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Feb 2, 2009
I've been looking through an important book called Water Voices by William Marks. It's a beautiful book - its many informative pages illustrated with stunning images of the different faces of water and some of the magnificent creatures that depend on its preservation for their survival.

Water Voices brings to light some fascinating information about water and our relationship with it: "Our human brain is about 85% water. The very act of thinking is made possible because our brains float in water. Thus, freed from the downward pull of gravity, we are free to think, create and dream."

Learning this simple fact causes me to ponder its significance. Not only can we experience water externally; bathing in a lake or a pool, gazing at a magnificent waterfall or listening to the soothing sound of a river passing by, but we also imbibe it into our physical selves, where it "begins its journey to nourish every cell in our bodies - a journey that has water flowing through over 60,000 miles of veins and arteries."

What are the implications in regard to our relationship with water globally? It's simple. As we do to water, so we do to ourselves. Despite the significance of water as being essential to the survival of all life on Earth, and despite the fact that ecologically-oriented people are, for the most part, aware of the importance of conserving it, we still continue to waste and contaminate this precious resource. There are simple water conservation practices that anyone can do, whatever their situation, such as turning off the water during showering. But there are other lifestyle changes we can make that are even more far-reaching, such as eating lower on the food chain, thereby limiting all of the resources required to provide us with our food.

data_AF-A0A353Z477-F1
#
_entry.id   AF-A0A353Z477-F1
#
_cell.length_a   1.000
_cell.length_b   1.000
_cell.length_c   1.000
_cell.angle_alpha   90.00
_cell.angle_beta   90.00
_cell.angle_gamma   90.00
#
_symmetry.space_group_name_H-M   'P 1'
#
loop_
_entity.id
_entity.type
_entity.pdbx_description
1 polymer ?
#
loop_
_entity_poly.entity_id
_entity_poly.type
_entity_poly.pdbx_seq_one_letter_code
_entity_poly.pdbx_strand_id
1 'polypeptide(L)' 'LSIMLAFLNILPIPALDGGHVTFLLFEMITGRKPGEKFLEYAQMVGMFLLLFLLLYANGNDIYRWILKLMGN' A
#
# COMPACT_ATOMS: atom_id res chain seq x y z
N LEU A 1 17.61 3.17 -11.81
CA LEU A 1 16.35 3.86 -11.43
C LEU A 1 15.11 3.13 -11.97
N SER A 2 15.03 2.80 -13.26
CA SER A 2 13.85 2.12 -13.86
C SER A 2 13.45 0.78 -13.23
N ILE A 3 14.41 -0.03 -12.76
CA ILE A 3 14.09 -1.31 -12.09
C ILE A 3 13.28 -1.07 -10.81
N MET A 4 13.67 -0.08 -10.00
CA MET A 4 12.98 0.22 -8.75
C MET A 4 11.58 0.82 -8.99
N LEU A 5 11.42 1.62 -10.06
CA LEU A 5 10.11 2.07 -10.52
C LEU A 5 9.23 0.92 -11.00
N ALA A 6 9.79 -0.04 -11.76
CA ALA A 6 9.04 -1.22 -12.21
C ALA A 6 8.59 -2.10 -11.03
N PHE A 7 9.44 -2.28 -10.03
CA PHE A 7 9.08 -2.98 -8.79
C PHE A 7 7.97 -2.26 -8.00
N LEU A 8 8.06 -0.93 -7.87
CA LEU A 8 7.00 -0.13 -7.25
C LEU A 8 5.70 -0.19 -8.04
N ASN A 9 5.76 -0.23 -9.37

Animal agriculture wastes a lot more water than most people realize. According to The World Peace Diet by Dr. Will Tuttle, "Agriculture consumes fully eighty-five percent of all U.S. freshwater resources, mainly to produce animal foods. A day's production of food for one omnivore human requires more than four thousand gallons of water, compared with less than three hundred gallons for a vegan...."

If the previous statistic is hard to put into perspective, the video, A Life Connected explains it very clearly: "By simply making vegan choices, you can save over 1.3 million gallons of water every year. That's so much water, that being vegan, you could leave your shower on 24 hours a day, 365 days a year, and still you couldn't waste as much water as someone consuming an animal-based diet." Not only is animal agriculture the number one waster of water, but it is also the number one polluter of water.

With this in mind, and with the current political dialogue in the U.S. focused on seeking ways to create lasting change for the better, it seems that addressing the issue of responsible water usage in food production is as important an issue as any. In the words of William Marks: "Given today's challenges, it may be wise for us to adopt a modern global water philosophy - a philosophy whereby we work as co-creators with water to help restore balance to our Earth and life in abundance."
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Posted: Feb 2, 2009 12:00am

 

 
 
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Angel Flinn
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Kapaau, HI, USA
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